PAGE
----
A few months ago, I had the opportunity to attend a Korean church for three Sundays. The pastor is fairly well known, and has been published multiple times. The church has five services every Sunday, with attendance totaling in the thousands. My mom, with whom I went, has said to me that he preaches verse by verse, and I can attest to this fact. Yet I cannot say that his preaching is expository; it was more “exemplatory” than expository. (The more I attend different Korean churches, the more I find that the favored style of preaching is to view biblical characters as examples we should follow. While there is nothing wrong with this, per se, it presents an incomplete view of Scripture and often overlooks the overarching themes of grace and redemption, which lead to and stream from Christ.) Since it is unfair to characterize the entirety of the Korean church from only one of their member, I am treating this as a case study rather than a survey. Still, keep in mind that this is a well-attended church with a published pastor, and is generally viewed as solid.
The first Sunday I attended, I went to a Korean service, and I had a little difficulty understanding what he was saying. He taught from Acts 16:11-15 about the conversion of Lydia. I didn’t quite catch the point of his sermon—there was something about comparing ourselves to Lydia and Paul and learning from their example—so I asked my mom for a quick summary: “He said the lives of Lydia and Paul were so fruitful because they understood that they owed God.” I think that this is just barely acceptable. In one sense, yes, Paul traveled thousands of miles and Lydia provided room and board for him and his friends because of a new understanding of their lives. They were awakened to His love and His glory and they wanted to spread those to others.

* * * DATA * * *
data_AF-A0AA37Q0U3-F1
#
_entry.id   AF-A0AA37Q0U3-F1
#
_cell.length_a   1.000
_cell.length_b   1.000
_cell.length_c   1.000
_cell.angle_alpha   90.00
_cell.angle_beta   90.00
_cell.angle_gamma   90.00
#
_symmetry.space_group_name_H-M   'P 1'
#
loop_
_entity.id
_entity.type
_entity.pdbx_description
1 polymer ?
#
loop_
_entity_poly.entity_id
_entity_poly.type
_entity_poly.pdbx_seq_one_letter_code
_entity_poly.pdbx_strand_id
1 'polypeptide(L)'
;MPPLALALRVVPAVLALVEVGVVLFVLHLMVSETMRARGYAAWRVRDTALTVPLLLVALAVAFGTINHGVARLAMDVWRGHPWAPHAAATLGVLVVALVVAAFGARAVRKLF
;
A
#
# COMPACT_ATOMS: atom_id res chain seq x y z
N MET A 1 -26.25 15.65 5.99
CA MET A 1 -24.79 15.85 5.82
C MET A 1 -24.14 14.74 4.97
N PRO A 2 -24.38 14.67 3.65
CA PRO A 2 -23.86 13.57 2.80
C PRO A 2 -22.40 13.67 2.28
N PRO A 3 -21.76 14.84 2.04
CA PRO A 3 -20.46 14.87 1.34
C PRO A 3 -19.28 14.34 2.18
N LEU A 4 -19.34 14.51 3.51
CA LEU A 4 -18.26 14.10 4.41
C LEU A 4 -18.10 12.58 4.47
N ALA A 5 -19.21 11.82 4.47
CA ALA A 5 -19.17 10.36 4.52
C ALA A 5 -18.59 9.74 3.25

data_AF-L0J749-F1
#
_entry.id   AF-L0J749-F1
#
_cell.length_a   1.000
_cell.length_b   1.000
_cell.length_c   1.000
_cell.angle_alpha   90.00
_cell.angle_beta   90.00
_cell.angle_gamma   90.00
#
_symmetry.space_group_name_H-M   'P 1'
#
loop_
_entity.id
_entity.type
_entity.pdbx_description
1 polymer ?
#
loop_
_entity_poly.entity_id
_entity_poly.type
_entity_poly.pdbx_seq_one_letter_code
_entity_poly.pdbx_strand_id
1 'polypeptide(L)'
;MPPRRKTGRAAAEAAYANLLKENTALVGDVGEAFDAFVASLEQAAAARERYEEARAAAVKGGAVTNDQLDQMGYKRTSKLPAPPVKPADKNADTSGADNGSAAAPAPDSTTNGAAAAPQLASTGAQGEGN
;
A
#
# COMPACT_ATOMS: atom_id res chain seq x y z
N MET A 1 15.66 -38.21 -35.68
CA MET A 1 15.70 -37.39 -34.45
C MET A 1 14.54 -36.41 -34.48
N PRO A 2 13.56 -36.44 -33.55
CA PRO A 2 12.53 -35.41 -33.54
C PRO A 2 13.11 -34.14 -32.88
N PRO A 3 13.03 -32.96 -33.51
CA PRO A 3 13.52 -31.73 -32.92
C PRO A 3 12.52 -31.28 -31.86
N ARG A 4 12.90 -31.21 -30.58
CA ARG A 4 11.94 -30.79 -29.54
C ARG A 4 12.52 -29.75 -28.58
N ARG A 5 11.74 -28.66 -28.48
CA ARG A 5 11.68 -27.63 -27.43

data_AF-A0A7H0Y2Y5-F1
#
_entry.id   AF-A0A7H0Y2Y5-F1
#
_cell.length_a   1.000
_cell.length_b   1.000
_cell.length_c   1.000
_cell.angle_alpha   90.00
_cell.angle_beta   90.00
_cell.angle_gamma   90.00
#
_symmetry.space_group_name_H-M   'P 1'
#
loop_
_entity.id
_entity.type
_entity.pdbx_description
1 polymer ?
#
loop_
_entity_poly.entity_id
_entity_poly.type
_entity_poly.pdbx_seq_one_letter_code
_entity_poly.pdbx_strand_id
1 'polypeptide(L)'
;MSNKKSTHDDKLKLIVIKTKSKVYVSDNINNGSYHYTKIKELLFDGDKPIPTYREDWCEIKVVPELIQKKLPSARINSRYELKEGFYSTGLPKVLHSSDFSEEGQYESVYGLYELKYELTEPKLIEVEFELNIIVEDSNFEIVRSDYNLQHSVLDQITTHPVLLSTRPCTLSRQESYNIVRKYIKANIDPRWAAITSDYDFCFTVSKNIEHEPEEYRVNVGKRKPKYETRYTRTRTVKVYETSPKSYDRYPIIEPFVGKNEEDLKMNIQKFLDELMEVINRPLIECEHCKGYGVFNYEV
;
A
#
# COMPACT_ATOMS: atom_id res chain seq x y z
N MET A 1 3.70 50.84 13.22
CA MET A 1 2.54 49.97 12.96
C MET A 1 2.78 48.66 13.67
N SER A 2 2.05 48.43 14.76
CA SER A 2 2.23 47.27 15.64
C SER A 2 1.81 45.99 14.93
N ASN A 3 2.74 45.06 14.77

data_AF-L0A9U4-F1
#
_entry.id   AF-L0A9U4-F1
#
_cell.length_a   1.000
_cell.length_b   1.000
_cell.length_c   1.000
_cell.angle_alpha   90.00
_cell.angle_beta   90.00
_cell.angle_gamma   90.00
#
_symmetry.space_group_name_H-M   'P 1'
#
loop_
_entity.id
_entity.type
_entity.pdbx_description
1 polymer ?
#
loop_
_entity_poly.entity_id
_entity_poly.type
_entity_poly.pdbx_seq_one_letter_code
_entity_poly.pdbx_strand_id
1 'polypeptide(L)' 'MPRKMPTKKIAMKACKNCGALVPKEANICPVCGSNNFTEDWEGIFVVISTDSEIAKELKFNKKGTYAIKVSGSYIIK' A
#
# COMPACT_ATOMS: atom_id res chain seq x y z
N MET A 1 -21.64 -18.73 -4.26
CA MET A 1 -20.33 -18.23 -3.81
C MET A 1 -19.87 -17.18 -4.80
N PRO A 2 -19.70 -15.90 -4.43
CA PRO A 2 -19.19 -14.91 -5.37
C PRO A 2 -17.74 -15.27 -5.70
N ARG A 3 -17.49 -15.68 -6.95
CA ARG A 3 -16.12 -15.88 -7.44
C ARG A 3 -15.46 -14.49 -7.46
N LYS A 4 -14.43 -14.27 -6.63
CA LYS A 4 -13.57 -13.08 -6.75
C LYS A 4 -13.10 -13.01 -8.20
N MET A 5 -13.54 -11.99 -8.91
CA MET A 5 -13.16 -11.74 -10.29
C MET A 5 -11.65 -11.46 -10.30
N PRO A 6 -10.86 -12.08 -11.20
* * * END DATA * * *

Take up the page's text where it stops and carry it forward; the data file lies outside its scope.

But to say that they owed God for their salvation—to say that anyone owes God for his salvation—is true, but it comes dangerously close to producing legalism. We do not do good deeds because we want to pay back God for saving us. There is no amount of good we can do to repay God for the work of salvation. In fact, Isaiah writes that “[w]e have all become like one who is unclean, and all our righteous deeds are like a polluted garment. We all fade like a leaf, and our iniquities, like the wind, take us away” (64:6). And we all know Ephesians 2:8: “For by grace you have been saved through faith. And this is not your own doing; it is the gift of God.” There is a fine line between looking back to the cross and living our lives for God because we love Him, and living our lives for God because we owe Him. I want to give the pastor the benefit of the doubt so I will assume that this is an issue with diction and rhetoric rather than theology.
The following Sunday he continued on the same passage, this time highlighting the selflessness of Lydia. (I attended the service with an English translation in a side room, so I was able to understand everything.) He spent what seemed to be to be an inordinate amount of time talking about the rent situation in Korea: landlords in Korea want as much profit as possible, so they raise the price of leases by incredible amounts. Lydia, on the other hand, acting out of Christian virtue, selflessly allowed Paul and his friends to stay at her house for as long as they needed. They could eat and sleep under her roof at no cost to them.